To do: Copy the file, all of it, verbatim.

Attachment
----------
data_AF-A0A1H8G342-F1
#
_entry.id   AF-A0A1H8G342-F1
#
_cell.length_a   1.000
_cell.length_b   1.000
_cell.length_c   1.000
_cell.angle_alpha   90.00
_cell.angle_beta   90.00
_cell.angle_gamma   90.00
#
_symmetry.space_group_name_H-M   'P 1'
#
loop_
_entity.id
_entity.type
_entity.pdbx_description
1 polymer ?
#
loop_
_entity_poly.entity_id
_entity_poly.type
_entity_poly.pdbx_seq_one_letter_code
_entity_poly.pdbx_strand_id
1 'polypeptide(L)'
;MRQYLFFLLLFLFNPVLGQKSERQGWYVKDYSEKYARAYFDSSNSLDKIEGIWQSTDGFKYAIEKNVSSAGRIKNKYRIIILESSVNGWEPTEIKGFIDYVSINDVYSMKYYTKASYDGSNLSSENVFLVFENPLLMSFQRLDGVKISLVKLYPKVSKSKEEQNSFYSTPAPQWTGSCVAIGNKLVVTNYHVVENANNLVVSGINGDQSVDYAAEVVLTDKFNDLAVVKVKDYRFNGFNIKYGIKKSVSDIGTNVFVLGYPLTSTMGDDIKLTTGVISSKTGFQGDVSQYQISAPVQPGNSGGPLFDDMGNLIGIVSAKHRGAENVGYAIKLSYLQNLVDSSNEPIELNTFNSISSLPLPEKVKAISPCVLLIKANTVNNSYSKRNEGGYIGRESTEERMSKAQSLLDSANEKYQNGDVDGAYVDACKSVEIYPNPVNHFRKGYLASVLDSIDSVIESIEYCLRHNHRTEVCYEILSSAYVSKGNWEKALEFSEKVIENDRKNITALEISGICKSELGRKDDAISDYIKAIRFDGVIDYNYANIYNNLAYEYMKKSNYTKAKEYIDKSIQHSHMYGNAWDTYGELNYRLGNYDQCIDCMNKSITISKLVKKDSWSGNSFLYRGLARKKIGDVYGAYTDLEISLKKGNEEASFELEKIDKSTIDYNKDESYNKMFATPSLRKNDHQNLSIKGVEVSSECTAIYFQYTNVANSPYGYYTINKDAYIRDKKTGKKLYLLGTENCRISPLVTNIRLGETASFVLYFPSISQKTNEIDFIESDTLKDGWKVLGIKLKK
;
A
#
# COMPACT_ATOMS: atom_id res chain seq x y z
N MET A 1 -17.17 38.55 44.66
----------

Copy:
data_AF-A0A1H8G342-F1
#
_entry.id   AF-A0A1H8G342-F1
#
_cell.length_a   1.000
_cell.length_b   1.000
_cell.length_c   1.000
_cell.angle_alpha   90.00
_cell.angle_beta   90.00
_cell.angle_gamma   90.00
#
_symmetry.space_group_name_H-M   'P 1'
#
loop_
_entity.id
_entity.type
_entity.pdbx_description
1 polymer ?
#
loop_
_entity_poly.entity_id
_entity_poly.type
_entity_poly.pdbx_seq_one_letter_code
_entity_poly.pdbx_strand_id
1 'polypeptide(L)'
;MRQYLFFLLLFLFNPVLGQKSERQGWYVKDYSEKYARAYFDSSNSLDKIEGIWQSTDGFKYAIEKNVSSAGRIKNKYRIIILESSVNGWEPTEIKGFIDYVSINDVYSMKYYTKASYDGSNLSSENVFLVFENPLLMSFQRLDGVKISLVKLYPKVSKSKEEQNSFYSTPAPQWTGSCVAIGNKLVVTNYHVVENANNLVVSGINGDQSVDYAAEVVLTDKFNDLAVVKVKDYRFNGFNIKYGIKKSVSDIGTNVFVLGYPLTSTMGDDIKLTTGVISSKTGFQGDVSQYQISAPVQPGNSGGPLFDDMGNLIGIVSAKHRGAENVGYAIKLSYLQNLVDSSNEPIELNTFNSISSLPLPEKVKAISPCVLLIKANTVNNSYSKRNEGGYIGRESTEERMSKAQSLLDSANEKYQNGDVDGAYVDACKSVEIYPNPVNHFRKGYLASVLDSIDSVIESIEYCLRHNHRTEVCYEILSSAYVSKGNWEKALEFSEKVIENDRKNITALEISGICKSELGRKDDAISDYIKAIRFDGVIDYNYANIYNNLAYEYMKKSNYTKAKEYIDKSIQHSHMYGNAWDTYGELNYRLGNYDQCIDCMNKSITISKLVKKDSWSGNSFLYRGLARKKIGDVYGAYTDLEISLKKGNEEASFELEKIDKSTIDYNKDESYNKMFATPSLRKNDHQNLSIKGVEVSSECTAIYFQYTNVANSPYGYYTINKDAYIRDKKTGKKLYLLGTENCRISPLVTNIRLGETASFVLYFPSISQKTNEIDFIESDTLKDGWKVLGIKLKK
;
A
#
# COMPACT_ATOMS: atom_id res chain seq x y z
N MET A 1 -17.17 38.55 44.66